Another way courts undervalue defined benefit pensions is to assume for purposes of the valuation that the employee spouse’s salary at date of separation is equal to what the spouse’s salary will be at time of retirement.  The justification for this is that any post-separation raises are the separate property of the employee spouse.  However, there are two arguments against that justification.  First, in many cases, raises are automatic with increased seniority.  Therefore, like COLA’s, such raises can be seen as passive appreciation.  As mentioned before, the nonemployee spouse may capture this post-separation passive appreciation.  Second, the employee spouse would not be in a position to enjoy his current post-separation salary were it not for the efforts of his former spouse.  In that sense, the nonemployee spouse can be seen as “laying the foundation” for the employee spouse’s financial well-being.  Equity demands that the nonemployee spouse be entitled to enjoy the fruits of her labor.  Therefore, the salary that the present value of the pension is based on should be higher than what it is at time of separation.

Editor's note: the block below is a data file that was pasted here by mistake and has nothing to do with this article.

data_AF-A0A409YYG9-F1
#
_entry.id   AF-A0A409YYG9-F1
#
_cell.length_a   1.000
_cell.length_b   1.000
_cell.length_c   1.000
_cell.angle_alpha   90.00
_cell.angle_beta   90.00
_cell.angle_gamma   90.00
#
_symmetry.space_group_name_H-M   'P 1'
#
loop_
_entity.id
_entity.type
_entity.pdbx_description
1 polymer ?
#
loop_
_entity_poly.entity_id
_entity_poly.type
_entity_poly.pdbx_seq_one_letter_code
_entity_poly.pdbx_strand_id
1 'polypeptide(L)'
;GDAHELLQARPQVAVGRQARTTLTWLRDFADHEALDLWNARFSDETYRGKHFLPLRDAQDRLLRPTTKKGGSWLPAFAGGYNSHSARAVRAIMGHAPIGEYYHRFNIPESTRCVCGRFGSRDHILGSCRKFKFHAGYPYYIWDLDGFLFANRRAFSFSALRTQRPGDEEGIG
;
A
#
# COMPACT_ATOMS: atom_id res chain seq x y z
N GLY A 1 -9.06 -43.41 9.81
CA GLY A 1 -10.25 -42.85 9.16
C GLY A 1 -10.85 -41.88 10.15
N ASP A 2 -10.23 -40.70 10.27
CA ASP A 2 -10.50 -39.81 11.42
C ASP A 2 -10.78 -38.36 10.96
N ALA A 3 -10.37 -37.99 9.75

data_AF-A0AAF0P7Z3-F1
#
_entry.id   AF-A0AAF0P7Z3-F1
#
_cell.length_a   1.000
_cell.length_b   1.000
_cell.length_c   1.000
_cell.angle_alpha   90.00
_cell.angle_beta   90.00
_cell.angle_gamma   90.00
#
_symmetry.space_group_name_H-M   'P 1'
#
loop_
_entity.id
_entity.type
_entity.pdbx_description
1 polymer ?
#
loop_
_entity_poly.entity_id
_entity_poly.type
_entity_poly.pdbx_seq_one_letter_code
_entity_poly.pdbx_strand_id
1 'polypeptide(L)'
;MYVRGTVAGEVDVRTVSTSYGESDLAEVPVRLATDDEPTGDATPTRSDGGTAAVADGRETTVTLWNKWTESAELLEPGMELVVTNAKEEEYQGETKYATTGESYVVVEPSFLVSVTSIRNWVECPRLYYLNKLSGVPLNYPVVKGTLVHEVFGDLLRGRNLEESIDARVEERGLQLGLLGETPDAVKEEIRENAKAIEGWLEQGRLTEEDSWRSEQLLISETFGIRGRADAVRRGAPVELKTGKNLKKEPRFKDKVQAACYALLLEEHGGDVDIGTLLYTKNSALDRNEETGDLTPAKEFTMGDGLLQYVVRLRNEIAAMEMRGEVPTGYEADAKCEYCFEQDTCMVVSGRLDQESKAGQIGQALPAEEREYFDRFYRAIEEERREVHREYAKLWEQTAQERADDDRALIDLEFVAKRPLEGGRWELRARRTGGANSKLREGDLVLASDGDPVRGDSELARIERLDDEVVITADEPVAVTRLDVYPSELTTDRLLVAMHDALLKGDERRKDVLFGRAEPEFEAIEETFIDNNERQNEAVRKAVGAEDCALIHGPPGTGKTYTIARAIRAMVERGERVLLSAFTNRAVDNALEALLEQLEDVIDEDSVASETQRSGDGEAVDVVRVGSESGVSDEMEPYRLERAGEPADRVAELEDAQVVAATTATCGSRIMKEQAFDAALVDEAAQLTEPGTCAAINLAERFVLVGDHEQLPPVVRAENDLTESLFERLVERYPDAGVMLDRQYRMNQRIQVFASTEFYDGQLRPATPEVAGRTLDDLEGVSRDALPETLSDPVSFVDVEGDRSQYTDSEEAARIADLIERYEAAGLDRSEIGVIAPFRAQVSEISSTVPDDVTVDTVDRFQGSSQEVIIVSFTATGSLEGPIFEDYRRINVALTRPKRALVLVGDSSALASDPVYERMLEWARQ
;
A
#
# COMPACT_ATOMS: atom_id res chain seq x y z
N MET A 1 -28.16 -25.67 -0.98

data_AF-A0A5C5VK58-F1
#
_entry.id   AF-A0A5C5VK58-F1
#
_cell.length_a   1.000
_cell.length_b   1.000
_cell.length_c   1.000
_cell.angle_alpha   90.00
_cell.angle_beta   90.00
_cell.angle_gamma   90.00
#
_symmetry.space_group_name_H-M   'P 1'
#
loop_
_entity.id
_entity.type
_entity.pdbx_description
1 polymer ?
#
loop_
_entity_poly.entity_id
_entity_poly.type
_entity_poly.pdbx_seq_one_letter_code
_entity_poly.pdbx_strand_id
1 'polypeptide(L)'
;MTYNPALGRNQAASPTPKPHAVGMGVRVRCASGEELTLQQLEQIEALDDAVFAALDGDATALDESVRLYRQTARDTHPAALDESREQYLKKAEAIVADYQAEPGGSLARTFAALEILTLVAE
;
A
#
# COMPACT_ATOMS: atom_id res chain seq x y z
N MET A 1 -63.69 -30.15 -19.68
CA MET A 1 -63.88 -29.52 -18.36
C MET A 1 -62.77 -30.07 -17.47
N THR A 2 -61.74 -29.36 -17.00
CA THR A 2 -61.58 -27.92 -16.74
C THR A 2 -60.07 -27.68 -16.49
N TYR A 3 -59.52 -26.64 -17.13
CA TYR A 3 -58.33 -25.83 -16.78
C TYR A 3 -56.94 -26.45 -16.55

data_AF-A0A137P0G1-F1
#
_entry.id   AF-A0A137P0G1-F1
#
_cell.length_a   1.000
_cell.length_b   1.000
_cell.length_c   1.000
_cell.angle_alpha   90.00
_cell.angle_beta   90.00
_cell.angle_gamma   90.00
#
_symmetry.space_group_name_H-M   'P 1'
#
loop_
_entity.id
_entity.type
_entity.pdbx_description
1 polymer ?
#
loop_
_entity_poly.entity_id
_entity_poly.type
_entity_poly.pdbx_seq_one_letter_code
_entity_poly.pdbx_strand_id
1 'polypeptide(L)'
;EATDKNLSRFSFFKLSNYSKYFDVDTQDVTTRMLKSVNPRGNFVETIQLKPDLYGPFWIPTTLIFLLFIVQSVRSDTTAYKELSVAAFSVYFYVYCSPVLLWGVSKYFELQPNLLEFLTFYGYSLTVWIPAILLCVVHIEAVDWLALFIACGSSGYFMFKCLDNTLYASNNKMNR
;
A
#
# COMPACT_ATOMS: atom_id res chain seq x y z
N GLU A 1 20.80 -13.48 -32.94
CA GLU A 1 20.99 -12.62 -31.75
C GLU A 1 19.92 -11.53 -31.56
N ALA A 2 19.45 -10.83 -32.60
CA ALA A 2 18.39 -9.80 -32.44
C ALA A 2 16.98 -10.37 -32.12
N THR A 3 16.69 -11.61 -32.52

Courts will argue that the valuation biases in the favor of the employee spouse are justified.  The argument goes that since the employee spouse has to pay the nonemployee spouse for rights that may never mature, it is equitable to utilize some valuation factors that are more favorable to the employee spouse.  Remember that the employee spouse must be vested in his pension, otherwise the pension is considered the separate property of the employee spouse.  Therefore, the only two things that could keep the employee spouse from retiring and collecting money off his pension are death and the risk of employer default.  As to the possibility of pre-retirement death, that is expressly figured in discounting the present value of the pension at the time of the employee’s earliest possible retirement to the present value at the date of separation through the PBGC mortality tables.